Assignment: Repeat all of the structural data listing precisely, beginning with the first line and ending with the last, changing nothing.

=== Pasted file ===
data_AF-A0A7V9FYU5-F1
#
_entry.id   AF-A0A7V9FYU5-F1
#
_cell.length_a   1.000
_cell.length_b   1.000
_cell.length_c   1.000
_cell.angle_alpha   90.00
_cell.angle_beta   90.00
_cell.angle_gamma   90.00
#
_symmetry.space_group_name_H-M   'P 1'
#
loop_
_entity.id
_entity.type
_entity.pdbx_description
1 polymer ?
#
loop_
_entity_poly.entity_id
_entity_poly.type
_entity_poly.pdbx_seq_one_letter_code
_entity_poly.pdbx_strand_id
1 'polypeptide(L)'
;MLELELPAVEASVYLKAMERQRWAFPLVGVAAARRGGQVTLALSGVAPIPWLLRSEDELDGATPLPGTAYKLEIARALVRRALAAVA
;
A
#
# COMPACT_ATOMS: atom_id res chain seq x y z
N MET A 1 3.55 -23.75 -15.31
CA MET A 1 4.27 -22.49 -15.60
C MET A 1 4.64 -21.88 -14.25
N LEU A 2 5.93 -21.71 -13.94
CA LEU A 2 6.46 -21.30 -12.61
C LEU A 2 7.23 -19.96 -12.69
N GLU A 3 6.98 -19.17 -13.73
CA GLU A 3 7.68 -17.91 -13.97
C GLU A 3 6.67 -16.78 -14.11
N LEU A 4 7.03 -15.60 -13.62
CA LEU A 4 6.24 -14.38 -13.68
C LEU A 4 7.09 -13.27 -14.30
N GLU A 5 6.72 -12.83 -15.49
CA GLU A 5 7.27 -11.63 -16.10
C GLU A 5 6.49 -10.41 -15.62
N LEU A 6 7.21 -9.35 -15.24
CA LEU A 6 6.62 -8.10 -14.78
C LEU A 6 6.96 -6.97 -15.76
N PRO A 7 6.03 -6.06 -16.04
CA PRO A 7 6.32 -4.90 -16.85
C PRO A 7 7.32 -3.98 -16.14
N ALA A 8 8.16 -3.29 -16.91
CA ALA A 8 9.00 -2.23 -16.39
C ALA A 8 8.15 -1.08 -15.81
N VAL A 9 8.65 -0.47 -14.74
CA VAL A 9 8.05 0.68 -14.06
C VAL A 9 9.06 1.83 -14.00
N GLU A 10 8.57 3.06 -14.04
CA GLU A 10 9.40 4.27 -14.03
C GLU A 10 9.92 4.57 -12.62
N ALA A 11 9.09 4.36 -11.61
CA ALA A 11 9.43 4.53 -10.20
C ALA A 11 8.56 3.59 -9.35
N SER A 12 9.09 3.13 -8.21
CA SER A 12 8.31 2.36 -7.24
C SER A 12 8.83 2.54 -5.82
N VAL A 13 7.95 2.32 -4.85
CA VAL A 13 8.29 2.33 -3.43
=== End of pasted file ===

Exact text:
data_AF-A0A7V9FYU5-F1
#
_entry.id   AF-A0A7V9FYU5-F1
#
_cell.length_a   1.000
_cell.length_b   1.000
_cell.length_c   1.000
_cell.angle_alpha   90.00
_cell.angle_beta   90.00
_cell.angle_gamma   90.00
#
_symmetry.space_group_name_H-M   'P 1'
#
loop_
_entity.id
_entity.type
_entity.pdbx_description
1 polymer ?
#
loop_
_entity_poly.entity_id
_entity_poly.type
_entity_poly.pdbx_seq_one_letter_code
_entity_poly.pdbx_strand_id
1 'polypeptide(L)'
;MLELELPAVEASVYLKAMERQRWAFPLVGVAAARRGGQVTLALSGVAPIPWLLRSEDELDGATPLPGTAYKLEIARALVRRALAAVA
;
A
#
# COMPACT_ATOMS: atom_id res chain seq x y z
N MET A 1 3.55 -23.75 -15.31
CA MET A 1 4.27 -22.49 -15.60
C MET A 1 4.64 -21.88 -14.25
N LEU A 2 5.93 -21.71 -13.94
CA LEU A 2 6.46 -21.30 -12.61
C LEU A 2 7.23 -19.96 -12.69
N GLU A 3 6.98 -19.17 -13.73
CA GLU A 3 7.68 -17.91 -13.97
C GLU A 3 6.67 -16.78 -14.11
N LEU A 4 7.03 -15.60 -13.62
CA LEU A 4 6.24 -14.38 -13.68
C LEU A 4 7.09 -13.27 -14.30
N GLU A 5 6.72 -12.83 -15.49
CA GLU A 5 7.27 -11.63 -16.10
C GLU A 5 6.49 -10.41 -15.62
N LEU A 6 7.21 -9.35 -15.24
CA LEU A 6 6.62 -8.10 -14.78
C LEU A 6 6.96 -6.97 -15.76
N PRO A 7 6.03 -6.06 -16.04
CA PRO A 7 6.32 -4.90 -16.85
C PRO A 7 7.32 -3.98 -16.14
N ALA A 8 8.16 -3.29 -16.91
CA ALA A 8 9.00 -2.23 -16.39
C ALA A 8 8.15 -1.08 -15.81
N VAL A 9 8.65 -0.47 -14.74
CA VAL A 9 8.05 0.68 -14.06
C VAL A 9 9.06 1.83 -14.00
N GLU A 10 8.57 3.06 -14.04
CA GLU A 10 9.40 4.27 -14.03
C GLU A 10 9.92 4.57 -12.62
N ALA A 11 9.09 4.36 -11.61
CA ALA A 11 9.43 4.53 -10.20
C ALA A 11 8.56 3.59 -9.35
N SER A 12 9.09 3.13 -8.21
CA SER A 12 8.31 2.36 -7.24
C SER A 12 8.83 2.54 -5.82
N VAL A 13 7.95 2.32 -4.85
CA VAL A 13 8.29 2.33 -3.43